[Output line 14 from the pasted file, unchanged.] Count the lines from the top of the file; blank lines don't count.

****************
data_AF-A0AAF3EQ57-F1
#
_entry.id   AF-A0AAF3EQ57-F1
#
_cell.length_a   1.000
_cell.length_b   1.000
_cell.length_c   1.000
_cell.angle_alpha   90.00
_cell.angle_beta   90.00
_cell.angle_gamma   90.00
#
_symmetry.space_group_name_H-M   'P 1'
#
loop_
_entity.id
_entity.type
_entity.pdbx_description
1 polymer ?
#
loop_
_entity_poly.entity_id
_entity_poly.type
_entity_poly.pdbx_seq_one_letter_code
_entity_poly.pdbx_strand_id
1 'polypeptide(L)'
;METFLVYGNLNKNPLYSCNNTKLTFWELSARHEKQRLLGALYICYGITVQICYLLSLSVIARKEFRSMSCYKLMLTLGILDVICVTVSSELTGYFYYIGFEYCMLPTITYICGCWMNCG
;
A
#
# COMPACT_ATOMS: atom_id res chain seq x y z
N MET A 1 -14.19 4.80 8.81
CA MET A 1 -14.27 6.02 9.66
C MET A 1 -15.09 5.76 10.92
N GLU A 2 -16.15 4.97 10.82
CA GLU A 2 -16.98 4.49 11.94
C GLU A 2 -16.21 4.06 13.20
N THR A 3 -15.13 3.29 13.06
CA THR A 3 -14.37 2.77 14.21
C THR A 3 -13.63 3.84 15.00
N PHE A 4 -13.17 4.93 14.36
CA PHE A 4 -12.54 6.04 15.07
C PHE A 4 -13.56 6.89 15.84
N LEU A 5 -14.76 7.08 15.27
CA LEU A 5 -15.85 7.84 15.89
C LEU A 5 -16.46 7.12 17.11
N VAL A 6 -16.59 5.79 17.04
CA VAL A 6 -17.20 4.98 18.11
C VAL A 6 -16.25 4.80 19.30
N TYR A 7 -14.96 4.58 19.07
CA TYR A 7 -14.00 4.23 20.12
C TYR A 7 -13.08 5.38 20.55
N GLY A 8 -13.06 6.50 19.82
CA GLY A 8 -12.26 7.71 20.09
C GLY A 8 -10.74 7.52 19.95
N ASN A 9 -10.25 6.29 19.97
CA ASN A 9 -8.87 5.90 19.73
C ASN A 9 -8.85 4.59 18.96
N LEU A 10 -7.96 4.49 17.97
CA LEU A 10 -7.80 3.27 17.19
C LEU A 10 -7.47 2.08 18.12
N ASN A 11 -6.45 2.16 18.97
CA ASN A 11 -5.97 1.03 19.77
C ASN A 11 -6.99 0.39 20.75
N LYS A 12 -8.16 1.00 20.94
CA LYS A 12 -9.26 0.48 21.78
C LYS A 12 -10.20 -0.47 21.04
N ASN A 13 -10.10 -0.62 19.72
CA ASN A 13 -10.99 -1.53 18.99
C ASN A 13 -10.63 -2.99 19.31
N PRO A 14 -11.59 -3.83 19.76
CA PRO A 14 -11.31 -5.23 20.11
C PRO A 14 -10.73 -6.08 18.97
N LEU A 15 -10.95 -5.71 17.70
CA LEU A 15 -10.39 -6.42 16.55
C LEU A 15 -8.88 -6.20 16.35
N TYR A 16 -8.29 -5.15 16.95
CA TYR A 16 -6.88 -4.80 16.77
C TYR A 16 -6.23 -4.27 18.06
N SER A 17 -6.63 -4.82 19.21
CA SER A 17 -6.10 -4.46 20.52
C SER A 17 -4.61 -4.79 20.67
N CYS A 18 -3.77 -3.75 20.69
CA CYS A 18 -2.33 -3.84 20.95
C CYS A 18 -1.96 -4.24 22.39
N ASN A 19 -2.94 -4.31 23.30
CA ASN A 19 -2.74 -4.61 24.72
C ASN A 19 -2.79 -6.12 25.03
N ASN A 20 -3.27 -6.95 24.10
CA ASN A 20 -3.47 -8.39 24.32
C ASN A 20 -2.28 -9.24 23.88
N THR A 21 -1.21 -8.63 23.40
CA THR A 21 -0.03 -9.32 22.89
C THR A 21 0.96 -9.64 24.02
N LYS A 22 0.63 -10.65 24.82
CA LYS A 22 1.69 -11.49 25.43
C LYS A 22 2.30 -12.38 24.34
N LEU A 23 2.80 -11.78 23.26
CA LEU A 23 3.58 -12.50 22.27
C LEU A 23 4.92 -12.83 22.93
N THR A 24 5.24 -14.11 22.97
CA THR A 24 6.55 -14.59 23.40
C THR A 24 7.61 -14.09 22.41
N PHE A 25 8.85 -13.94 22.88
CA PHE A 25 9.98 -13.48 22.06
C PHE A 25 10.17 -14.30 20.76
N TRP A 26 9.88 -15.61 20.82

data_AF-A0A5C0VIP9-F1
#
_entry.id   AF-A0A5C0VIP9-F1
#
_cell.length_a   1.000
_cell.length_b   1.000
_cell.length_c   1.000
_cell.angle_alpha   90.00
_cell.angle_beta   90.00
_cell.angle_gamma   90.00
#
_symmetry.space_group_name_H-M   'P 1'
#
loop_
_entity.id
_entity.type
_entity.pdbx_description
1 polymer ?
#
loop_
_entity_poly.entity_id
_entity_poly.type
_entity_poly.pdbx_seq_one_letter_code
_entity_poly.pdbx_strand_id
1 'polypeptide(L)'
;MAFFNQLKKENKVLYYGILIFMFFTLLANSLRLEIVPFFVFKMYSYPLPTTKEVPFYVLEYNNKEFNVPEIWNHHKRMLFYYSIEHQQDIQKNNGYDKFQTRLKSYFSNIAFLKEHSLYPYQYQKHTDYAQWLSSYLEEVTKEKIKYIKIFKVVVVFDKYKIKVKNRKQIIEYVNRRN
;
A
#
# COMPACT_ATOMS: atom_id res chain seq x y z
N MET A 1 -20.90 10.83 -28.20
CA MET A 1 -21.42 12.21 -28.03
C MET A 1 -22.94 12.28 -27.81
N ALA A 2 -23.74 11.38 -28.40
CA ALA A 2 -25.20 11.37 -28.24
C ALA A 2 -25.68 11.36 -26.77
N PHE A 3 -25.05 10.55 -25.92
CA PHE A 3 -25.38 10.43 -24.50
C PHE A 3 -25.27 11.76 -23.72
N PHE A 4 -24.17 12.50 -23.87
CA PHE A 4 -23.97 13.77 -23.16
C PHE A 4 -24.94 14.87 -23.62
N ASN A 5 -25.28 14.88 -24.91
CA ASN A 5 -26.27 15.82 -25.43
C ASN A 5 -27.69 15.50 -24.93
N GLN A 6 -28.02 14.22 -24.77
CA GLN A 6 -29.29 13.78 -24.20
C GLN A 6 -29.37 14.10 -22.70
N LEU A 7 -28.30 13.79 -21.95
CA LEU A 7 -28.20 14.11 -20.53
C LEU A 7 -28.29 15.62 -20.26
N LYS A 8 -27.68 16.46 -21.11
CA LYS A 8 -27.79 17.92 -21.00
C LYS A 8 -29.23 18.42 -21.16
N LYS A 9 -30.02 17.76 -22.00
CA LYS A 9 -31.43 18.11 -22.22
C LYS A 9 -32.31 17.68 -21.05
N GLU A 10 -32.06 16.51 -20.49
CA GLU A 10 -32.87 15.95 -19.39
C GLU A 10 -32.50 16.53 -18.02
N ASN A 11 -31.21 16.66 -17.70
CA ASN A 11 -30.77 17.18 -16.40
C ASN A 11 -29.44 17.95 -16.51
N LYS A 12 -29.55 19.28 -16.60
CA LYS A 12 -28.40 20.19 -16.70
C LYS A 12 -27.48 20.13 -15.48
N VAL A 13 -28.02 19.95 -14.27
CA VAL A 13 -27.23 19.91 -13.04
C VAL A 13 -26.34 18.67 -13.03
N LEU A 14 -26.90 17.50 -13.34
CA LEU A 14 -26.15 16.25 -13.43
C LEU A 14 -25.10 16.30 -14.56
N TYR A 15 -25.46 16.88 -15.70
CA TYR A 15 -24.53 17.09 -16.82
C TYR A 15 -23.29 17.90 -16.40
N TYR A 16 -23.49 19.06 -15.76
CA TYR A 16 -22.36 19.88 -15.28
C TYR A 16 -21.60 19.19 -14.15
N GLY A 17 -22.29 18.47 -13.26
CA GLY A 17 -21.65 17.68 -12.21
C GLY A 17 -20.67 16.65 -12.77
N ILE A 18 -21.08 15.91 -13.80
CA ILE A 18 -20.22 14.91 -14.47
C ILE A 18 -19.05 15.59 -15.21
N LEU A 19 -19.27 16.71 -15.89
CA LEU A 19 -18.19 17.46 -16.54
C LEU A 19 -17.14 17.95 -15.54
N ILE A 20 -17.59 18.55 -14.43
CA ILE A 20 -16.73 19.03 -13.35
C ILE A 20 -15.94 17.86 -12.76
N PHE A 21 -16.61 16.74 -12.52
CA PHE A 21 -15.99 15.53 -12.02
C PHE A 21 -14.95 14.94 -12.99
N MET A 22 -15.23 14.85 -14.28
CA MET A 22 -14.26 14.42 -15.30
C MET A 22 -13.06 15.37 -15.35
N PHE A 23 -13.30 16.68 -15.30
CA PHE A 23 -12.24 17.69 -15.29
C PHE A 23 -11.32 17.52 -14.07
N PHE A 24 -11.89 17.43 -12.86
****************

loop_